When most companies search for a qualified candidate, it often ends in a tough choice among qualified candidates. One person gets the jobs, while a handful of other well qualified candidates might grind their way to the competition.
That’s not the case with Google.
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Google Inc (NASDAQ:GOOGL) (NASDAQ:GOOG) hires every candidate they consider to be a top talent even if they job they interviewed for was filled.
Google trapped in a supply and demand equation
Google, you see, is currently trapped in a supply and demand equation. With 55,000 employees, the firm is rapidly adding 6,000 new hires, mostly from highly coveted technical areas where competition for the best talent can be fierce.
The policy of “hiring all the best people,” Business Insider points out, came about when Senior Vice President of Products, Jonathan Rosenberg was speaking with a group of Rhodes Scholars and having a difficult time to decide which of the “exceptional group” should be asked in for an interview. When he learned of Rosenberg’s talent overload problem, Google Inc (NASDAQ:GOOGL) (NASDAQ:GOOG) founder Sergey Brin looked at the situation and offered the simplest of all solutions that defied conventional human resources orthodoxy. “Why decide at all,” he said. “Offer them all jobs.”
It is this type of out of the box thinking that is detailed in the book “How Google Works,” authored by Rosenberg and executive chairman and past CEO Eric Schmidt.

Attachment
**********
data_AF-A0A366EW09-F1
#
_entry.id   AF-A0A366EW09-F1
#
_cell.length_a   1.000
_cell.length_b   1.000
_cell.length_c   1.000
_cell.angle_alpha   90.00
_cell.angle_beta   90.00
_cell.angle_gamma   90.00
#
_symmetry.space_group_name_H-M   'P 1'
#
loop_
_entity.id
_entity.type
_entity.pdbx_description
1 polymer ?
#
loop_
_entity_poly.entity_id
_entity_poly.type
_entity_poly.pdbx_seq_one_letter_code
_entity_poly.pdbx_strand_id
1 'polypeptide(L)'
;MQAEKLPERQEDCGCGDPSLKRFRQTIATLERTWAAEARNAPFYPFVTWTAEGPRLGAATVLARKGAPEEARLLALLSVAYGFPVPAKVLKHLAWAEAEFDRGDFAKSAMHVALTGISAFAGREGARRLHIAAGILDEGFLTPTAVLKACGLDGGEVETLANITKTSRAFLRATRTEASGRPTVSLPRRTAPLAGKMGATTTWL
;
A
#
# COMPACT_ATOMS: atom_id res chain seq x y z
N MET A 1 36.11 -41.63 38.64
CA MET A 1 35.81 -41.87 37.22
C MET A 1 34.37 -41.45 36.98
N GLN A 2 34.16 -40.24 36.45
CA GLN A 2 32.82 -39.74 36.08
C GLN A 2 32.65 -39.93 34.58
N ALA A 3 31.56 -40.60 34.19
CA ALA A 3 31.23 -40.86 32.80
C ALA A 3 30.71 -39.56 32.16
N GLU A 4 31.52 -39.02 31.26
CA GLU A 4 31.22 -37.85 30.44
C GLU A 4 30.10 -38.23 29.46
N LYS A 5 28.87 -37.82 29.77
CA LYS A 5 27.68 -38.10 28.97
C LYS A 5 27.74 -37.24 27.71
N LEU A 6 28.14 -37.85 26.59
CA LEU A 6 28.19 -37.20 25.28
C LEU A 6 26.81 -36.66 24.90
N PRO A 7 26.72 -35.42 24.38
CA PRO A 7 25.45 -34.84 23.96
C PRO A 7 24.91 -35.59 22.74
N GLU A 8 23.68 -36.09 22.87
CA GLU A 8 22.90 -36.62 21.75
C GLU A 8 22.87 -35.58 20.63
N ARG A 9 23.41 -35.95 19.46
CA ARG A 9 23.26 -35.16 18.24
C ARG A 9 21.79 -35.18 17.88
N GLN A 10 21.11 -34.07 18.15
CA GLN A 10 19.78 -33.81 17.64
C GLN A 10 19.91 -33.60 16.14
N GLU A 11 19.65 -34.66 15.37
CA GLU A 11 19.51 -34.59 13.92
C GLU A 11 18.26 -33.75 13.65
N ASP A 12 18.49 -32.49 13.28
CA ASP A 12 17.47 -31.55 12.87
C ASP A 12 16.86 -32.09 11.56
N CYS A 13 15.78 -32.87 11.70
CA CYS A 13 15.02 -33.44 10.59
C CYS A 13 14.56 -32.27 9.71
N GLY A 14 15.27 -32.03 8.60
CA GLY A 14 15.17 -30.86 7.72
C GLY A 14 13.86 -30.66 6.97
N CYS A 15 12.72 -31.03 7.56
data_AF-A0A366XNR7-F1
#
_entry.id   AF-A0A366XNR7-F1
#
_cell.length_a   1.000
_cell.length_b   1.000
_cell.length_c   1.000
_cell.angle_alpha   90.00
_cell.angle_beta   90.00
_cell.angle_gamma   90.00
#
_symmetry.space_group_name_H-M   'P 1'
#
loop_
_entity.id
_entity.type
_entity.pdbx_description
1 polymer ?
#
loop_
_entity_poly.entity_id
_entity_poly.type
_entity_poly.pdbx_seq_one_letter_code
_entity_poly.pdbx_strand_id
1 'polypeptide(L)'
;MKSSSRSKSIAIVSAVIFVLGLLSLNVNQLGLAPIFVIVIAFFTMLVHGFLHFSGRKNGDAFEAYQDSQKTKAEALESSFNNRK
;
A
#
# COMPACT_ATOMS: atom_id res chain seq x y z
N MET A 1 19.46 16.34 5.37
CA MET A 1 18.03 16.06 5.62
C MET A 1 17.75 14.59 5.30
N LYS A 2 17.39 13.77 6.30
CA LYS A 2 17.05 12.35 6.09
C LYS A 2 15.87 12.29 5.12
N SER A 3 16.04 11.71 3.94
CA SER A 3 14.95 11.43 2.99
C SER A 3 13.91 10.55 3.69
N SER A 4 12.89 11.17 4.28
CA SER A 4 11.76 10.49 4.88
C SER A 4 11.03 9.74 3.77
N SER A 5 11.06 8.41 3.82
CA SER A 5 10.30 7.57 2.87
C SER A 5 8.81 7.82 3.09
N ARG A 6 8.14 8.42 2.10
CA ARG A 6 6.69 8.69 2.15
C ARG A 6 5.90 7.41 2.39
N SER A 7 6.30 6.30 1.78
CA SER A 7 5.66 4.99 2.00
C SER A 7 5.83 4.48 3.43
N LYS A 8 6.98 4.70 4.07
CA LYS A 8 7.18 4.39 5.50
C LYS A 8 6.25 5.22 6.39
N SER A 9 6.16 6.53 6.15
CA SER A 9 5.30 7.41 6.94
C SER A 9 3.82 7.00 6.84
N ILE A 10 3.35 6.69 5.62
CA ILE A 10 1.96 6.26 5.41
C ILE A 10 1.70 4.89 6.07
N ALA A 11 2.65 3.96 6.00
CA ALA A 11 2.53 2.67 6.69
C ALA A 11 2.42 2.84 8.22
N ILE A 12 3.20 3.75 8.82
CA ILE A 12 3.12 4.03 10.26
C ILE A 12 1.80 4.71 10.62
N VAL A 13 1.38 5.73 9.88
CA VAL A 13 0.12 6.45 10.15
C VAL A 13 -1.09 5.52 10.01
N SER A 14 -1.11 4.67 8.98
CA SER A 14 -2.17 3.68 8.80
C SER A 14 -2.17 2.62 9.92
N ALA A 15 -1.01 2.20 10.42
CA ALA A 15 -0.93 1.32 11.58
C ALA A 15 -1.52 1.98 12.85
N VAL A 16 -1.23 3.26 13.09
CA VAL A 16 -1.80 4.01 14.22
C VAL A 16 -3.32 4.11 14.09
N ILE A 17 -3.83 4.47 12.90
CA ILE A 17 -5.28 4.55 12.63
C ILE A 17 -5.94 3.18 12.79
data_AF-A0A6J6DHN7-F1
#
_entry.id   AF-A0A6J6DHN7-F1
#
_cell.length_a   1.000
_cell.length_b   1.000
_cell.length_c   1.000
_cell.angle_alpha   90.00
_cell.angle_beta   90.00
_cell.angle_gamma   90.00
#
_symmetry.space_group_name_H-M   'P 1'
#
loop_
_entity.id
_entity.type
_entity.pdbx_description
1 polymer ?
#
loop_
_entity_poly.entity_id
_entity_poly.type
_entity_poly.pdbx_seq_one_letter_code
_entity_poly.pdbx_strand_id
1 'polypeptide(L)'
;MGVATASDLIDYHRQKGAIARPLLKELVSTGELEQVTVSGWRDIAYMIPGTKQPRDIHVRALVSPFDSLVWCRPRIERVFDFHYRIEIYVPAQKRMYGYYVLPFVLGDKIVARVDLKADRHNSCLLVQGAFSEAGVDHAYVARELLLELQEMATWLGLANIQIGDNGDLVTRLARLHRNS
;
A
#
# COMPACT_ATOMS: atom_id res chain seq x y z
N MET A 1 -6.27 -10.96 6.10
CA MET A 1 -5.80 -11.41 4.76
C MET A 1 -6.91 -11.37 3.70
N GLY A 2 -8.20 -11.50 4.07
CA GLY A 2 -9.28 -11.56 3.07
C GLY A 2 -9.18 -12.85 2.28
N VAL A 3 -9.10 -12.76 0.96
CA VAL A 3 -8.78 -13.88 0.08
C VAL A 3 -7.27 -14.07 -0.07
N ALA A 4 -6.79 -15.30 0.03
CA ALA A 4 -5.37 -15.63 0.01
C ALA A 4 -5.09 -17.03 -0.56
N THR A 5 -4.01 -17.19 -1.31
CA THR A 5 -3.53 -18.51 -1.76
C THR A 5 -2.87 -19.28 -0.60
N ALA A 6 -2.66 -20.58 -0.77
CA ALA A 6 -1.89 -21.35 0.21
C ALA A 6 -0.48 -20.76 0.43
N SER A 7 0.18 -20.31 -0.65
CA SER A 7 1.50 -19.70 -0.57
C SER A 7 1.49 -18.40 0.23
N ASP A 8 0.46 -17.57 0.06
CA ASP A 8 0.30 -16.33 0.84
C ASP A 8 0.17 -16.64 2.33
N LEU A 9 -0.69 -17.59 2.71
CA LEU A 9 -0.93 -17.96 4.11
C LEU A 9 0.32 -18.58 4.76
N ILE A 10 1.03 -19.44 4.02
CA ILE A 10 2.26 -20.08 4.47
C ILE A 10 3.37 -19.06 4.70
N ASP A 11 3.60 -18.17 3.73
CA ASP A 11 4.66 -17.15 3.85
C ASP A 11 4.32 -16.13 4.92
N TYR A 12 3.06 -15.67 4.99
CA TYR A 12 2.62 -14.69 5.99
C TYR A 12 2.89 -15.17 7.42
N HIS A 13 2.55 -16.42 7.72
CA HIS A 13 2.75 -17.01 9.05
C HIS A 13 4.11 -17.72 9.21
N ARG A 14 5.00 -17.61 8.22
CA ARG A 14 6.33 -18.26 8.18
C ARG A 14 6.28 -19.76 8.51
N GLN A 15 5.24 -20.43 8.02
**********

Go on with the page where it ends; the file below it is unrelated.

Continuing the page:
Google’s hiring process
Hiring the right people is among the most important component in a business, the executives write, but judging from the established processes in many corporations the opposite is happening. “The higher up you go in most organizations, the more detached the executives get from the hiring process. The inverse should be true.”
Rosenberg and Schmidt like to get middle management out of the process of hiring what could be their competition in years to come. They say middle management may not be in the same position for the long run and may avoid hiring talented staff that could eventually challenge or replace them. Using a peer-based, academic model, Google doesn’t want to hire people who employees feel comfortable with – avoiding the employee you might want to have beers with after work in favor of the employee who might challenge the status quo with innovative thinking.
For much of its early process hiring, however, Google Inc (NASDAQ:GOOGL) (NASDAQ:GOOG) has been known to employ computer algorithms to sift through hundreds of thousands of resumes and avoid bias in its early filtering process.